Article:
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Episode I Review

Watching a new Star Wars film at your local state-of-the-art cineplex is more akin to a religious experience than merely just watching a movie. I'm surprised Star Wars isn't already a religion. In time it probably will be (er, well . . . that's an exaggeration, but you get the idea). We erupt in cheers, whoops and hollars when the Fox logo appears. The zenith of this experience culminates when the Star Wars logo explodes on the screen and then disappears in to the heavens. We realize we are going to see something very, very special. Frankly, this film brings back your childhood if your an adult and reminds you of how lucky you are to be young if you are still a kid.

Many words come to mind to describe Episode 1. One word seems most appropriate: Overwhelming. I've seen this film three times and all I can say is that it gets better each time I watch it. I still haven't been able to absorb everything in. That's amazing. This film is so visually dense that it is nothing less than stunning. Not enough praise can be given to the various geniuses who patiently worked on the special effects, sounds, costume designs, soundtrack and casting decisions. Meticulous detail has been given to every aspect of this film. George should also be complimented for an inspiring screenplay, an admirable directing effort and for a slick, rapid-fire editing of the film. This film is nothing less than an amazing thrill ride.

This film moves at the speed of light. No, make that hyperspace fast. George knows how to please an audience. A few filmmakers, like Lucas and Spielberg, are born with an innate ability to entertain the masses. Their list of hit films seems endless. We are indeed lucky to be alive to witness and enjoy these two geniuses at there respective peaks.

It goes without saying that the Phantom Menace will receive several Academy Award nominations. Wins for best special effects, best sound design, best costume design, best original soundtrack and best editing are inevitable. Unfortunately, for George, Episode 1 is going to prove waaaay too popular for George to receive any personal nominations. However, George is not interested in personal awards for his work. His main goal with this film was to achieve his artistic vision, which he has accomplished. This is the best film of the Star Wars saga.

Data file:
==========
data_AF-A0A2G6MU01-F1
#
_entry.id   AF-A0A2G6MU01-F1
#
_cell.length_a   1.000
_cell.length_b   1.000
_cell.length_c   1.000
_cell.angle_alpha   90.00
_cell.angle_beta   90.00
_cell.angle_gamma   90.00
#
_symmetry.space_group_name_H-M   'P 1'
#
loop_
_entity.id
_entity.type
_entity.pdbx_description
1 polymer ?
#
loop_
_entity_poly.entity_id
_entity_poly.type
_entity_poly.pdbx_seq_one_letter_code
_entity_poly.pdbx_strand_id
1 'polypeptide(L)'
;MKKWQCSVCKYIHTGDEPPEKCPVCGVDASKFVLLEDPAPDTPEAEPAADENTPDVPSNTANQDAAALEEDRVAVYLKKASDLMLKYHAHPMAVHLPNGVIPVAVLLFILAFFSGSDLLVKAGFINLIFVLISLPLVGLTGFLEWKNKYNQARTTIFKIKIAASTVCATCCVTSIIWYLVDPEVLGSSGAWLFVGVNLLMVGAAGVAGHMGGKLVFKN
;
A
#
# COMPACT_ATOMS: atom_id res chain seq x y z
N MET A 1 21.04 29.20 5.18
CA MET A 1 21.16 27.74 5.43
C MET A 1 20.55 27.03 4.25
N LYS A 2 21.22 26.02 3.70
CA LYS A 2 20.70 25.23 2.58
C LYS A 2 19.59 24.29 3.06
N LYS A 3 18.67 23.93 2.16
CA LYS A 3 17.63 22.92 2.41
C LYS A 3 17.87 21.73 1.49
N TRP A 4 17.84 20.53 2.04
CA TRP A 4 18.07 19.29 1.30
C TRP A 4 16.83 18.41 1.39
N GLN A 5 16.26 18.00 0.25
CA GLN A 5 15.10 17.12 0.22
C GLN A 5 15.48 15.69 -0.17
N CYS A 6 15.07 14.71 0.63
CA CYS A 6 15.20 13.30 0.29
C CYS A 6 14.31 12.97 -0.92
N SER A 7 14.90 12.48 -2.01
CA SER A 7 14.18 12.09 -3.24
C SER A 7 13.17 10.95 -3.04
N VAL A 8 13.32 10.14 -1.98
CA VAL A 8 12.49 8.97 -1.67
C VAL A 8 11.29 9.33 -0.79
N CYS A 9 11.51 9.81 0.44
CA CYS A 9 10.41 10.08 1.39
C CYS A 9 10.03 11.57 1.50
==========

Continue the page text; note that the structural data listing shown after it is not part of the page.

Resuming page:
More importantly, this film reveals an important aspect of the Star Wars saga to us. After watching TPM, it becomes painfully obvious that Qui-Gon Jinn, the noble Jedi Master, is the one to blame for the ultimate destruction of the Jedi Order and the Republic. Had Qui-Gon left Anakin on Tatooine, it would have been very unlikely that Anakin would have ever fallen to the dark side. Without Qui-Gon's interference, Anakin would have lived and died an insignificant slave on an insignificant world.

Now, we know that it is not really Obi-Wan Kenobi who is to blame for the fall of the Jedi and the Republic. Qui-Gon pretty much forces Obi-Wan to train Anakin, even though Obi-Wan and the Jedi Council know that Anakin must not be trained in the ways of the Force.

Some critics have stated that George doesn't develop his characters very well in this film. However, to fully develop characters, a director has to take up very valuable screen time to accomplish this feat. As a result, action sequences have to be dropped from the script. Thankfully, George chose to give us a thrilling, rollar-coaster-ride of a movie instead of a boring character drama. If you want character development, then read the novel.

Additionally, some people have complained that the

Episode 1 script is far from perfect. Well, anyone who knows George knows that George writes out of necessity and not because he considers himself to be the best scribe on the planet. In fact, George asked Lawrence Kasdan (the guy who wrote the Empire Strikes Back, Return of the Jedi and Raiders of the Lost Ark) to write TPM script, but Kasden turned George down. But even without a script doctor, I had no problems with the script. While the word "Yippee" may cause you to scratch your head, at least George never used any phrases like "mack daddy."

Also, there are some critics who feel that the acting in Episode 1 is wooden and lacking in emotion. Well, from what I understand to be the case, George was trying to make an extremely serious film with grave consequences for each character. George had to restrain his actors in order to keep this film from becoming campy. There is nothing worse than "over-acting." I'm glad George kept the actors in check. All the performances in the film are very good and appropriate for each scene.

When all is said and done, George really delivered the goods with this film. Many thanks to George Lucas and everyone else who made this film such an amazing piece of art to watch. I plan to see this film many times this summer and that's the ultimate compliment that you can give to any film . . .

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